Women Among the Brazilian Marine Corps

Women Among the Brazilian Marine Corps

By Taciana Moury/Diálogo
April 02, 2018

Brazilian Marine Corps (CFN, in Portuguese) First Lieutenant Débora Ferreira de Freitas defies all odds. She was the first woman to compete for a CFN junior officer slot becoming the first female combatant—a feat she accomplished before the December 2017 passage of Public Law No. 13.541, authorizing women to be admitted into the Brazilian Navy's (MB in Portuguese) Officer School at the Naval Academy, in the Navy or Marine Corps.

Since becoming an officer, 1st Lt. Débora served in important roles. She was chief of the Department of Civil Affairs and Social Communication for the 25th Contingent in Haiti and commanded the Liaison Platoon for the Communication Company of the Command and Control Battalion. Currently, she works in the personnel division of the Marine Corps Command and Control Battalion in Rio de Janeiro.

Originally enlisted as a CFN staff sergeant musician in 2004, 1st Lt. Débora had higher aspirations for her Marine Corps career. “I have a degree in music from the Federal University of the State of Rio de Janeiro, which meets CFN’s higher education requirement for Officer's School,” 1st Lt. Débora told Diálogo. “In 2015, after three years of study, I was approved for service as a junior officer in the Brazilian Marine Corps, and I went off to Officer's School.”

Enrollment, she recalled, had no restrictions on female inclusion. “All that was required was to be in CFN. So, I decided to give it a try even though I’m a woman, and I competed equally against the men,” 1st Lt. Débora said. “What motivated me was the opportunity for growth within the force. Today, I feel fulfilled, because CFN strives to maintain the honor, competence, determination, and professionalism for us to stay current and well-trained to defend our homeland.”

The officer’s pioneering work didn’t stop there. She was also the first woman to complete the Amphibious Warfare Course in 2016, which qualifies marine officers to command infantry platoons. The four-month course demands a lot from combatants, especially in terms of physical requirements. “The rucksack alone weighed around 25 kilograms, not to mention the bullet-proof vest, weapons, and other gear that we had to carry all the time,” 1st Lt. Débora said.

The daily routine during the course began at 6:30 a.m. and included military physical training and other activities related to the training of a platoon commander, which were constantly evaluated. “The main problem was physical fatigue. There are also physiological differences between men and women that have their own peculiarities,” 1st Lt. Débora said, before highlighting the necessity to value esprit de corps and change certain habits, such as setting her vanity aside and learning to get by on little sleep in any location.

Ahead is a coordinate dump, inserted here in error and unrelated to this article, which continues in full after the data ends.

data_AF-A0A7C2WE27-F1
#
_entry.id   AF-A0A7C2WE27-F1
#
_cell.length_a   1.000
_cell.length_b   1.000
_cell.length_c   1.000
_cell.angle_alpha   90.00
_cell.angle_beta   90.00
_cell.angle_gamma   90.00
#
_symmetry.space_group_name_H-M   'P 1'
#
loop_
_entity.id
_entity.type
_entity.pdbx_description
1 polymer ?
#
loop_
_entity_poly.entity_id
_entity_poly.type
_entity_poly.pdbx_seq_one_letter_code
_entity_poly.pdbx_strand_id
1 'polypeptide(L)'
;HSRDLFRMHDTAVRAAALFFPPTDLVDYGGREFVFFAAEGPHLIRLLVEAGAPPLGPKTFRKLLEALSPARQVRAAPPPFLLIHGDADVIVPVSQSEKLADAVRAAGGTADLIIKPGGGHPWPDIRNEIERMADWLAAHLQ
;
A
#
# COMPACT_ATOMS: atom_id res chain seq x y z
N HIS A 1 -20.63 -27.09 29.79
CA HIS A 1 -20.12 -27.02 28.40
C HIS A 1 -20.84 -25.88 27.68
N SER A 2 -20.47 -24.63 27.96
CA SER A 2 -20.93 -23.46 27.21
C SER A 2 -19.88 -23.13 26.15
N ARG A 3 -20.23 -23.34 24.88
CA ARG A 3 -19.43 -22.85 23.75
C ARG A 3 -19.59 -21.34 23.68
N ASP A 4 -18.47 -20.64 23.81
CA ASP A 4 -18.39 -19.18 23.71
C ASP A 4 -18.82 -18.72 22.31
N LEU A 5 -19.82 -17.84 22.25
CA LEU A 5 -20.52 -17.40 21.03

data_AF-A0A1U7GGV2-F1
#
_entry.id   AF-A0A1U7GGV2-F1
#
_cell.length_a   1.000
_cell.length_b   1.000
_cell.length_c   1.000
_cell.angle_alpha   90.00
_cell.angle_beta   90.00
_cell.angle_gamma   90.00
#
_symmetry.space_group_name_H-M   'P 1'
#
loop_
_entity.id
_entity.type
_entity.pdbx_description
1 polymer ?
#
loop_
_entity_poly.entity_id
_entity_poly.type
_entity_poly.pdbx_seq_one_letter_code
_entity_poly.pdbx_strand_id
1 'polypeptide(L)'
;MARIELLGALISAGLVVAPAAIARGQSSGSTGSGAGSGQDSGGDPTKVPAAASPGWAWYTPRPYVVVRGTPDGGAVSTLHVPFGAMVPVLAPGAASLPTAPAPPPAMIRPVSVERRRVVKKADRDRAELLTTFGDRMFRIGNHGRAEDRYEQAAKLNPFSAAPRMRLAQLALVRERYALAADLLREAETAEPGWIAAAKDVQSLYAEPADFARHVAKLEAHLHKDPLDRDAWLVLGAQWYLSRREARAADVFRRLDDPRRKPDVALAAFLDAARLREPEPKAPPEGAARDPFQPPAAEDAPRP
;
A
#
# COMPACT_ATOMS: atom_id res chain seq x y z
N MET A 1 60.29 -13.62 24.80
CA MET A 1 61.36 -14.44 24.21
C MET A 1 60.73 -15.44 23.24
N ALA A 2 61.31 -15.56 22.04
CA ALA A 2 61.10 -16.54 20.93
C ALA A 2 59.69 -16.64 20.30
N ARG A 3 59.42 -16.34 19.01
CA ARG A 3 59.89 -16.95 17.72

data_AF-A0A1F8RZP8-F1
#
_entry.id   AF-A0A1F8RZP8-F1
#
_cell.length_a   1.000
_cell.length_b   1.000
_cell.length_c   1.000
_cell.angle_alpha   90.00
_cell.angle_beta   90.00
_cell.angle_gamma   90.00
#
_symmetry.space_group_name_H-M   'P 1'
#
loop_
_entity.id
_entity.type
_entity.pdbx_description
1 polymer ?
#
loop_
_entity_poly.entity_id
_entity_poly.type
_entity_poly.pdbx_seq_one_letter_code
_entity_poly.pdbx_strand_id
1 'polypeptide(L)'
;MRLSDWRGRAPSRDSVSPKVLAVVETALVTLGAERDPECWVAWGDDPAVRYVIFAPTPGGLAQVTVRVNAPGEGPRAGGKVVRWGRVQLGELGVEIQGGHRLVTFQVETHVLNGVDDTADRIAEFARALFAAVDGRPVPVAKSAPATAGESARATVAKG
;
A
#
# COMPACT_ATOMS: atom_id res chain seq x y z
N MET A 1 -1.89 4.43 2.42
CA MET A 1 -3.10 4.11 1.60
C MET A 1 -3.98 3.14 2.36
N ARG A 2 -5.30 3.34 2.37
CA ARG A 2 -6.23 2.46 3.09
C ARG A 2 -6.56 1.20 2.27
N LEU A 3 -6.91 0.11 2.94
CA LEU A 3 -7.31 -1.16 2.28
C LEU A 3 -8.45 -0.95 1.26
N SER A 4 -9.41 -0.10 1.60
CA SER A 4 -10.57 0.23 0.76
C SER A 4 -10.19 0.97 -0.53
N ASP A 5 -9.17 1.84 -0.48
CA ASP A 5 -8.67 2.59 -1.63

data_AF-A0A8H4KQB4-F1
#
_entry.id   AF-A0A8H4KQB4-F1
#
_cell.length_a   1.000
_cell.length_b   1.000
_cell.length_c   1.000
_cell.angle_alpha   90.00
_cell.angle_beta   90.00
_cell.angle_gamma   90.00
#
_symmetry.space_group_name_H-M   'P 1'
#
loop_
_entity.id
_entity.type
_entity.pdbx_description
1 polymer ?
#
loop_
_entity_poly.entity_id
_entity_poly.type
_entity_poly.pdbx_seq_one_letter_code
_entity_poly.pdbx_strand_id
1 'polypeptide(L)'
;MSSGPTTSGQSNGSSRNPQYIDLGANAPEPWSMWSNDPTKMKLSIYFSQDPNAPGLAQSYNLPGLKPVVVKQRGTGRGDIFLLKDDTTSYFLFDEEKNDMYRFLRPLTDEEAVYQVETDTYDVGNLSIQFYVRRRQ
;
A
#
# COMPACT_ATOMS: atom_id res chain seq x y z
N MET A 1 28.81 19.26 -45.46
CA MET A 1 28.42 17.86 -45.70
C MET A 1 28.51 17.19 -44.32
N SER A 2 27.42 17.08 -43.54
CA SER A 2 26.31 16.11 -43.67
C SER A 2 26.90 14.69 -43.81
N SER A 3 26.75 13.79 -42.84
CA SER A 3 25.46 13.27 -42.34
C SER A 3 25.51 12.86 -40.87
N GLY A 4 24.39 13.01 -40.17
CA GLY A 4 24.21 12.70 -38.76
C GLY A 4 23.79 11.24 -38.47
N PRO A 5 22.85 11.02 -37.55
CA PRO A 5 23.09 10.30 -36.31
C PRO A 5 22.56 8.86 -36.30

An inspiration to other women

Completing the course, 1st Lt. Débora said, opened doors for other women. “I showed that it’s possible for a woman to carry out operational duties without being diminished by that: carrying a heavy rucksack, using weapons, and effectively leading the men on a mission,” she said. Currently, CFN has two women serving in an operational capacity and others taking the Amphibious Warfare Course.

She shared her pride in helping pave the way for other combatants. “When I look back, I feel a sense of accomplishment, because doors have been opened for other women who wish to join CFN.” Among her goals are to keep improving within the operational arm of the force through courses and training.

MB's authorization for women to join all operational units was cause for celebration. “That decision shows the importance of valuing our work and our professionalism. The Navy has always been a pioneer in female enlistment, and this shows that our force values female inclusion and our level of competence,” she said, encouraging other women to join. “Whoever has this dream should go ahead and study, focus on their goal, and not neglect to train physically,” 1st Lt. Débora said.

Gender Commission acknowledges MB’s pioneering approach

According to Brazilian Air Force Major General (R) Antônio Carlos Coutinho, president of the Brazilian Ministry of Defense's Gender Commission (CGMD, in Portuguese), the experience MB gained throughout the years overcame all doubts and gave the institution the assurance needed to offer unrestricted access to women. Maj. Gen. Coutinho explained that each service branch is free to determine how many slots, and when, will be allocated to women. But similarities in standards used among the three forces indicate that MB’s decision might prompt the Army and Air Force to adopt the same measure in the near future. “Each branch is unique, and it could be that this new understanding isn't reached everywhere with the same speed—but new spaces are being created,” Maj. Gen. Coutinho said.

“Pioneering attitudes of the like of 1st Lt. Débora only enhance the armed forces’ operational performance, regardless of gender,” Maj. Gen. Coutinho said. For him, what matters is that standards set by the institution for the position are met. “This young officer’s decision to face a unique challenge, overcoming all the barriers and succeeding in her goal, shows how results don't depend on gender, and it bolsters female inclusion in military service,” he said.

CGMD was created in 2014 to smooth out gender differences in the Brazilian Armed Forces and broaden the policy on women serving in the nation’s military. CGMD is directly associated with UN Women, an entity established by the United Nations to promote gender equality and the empowerment of women.
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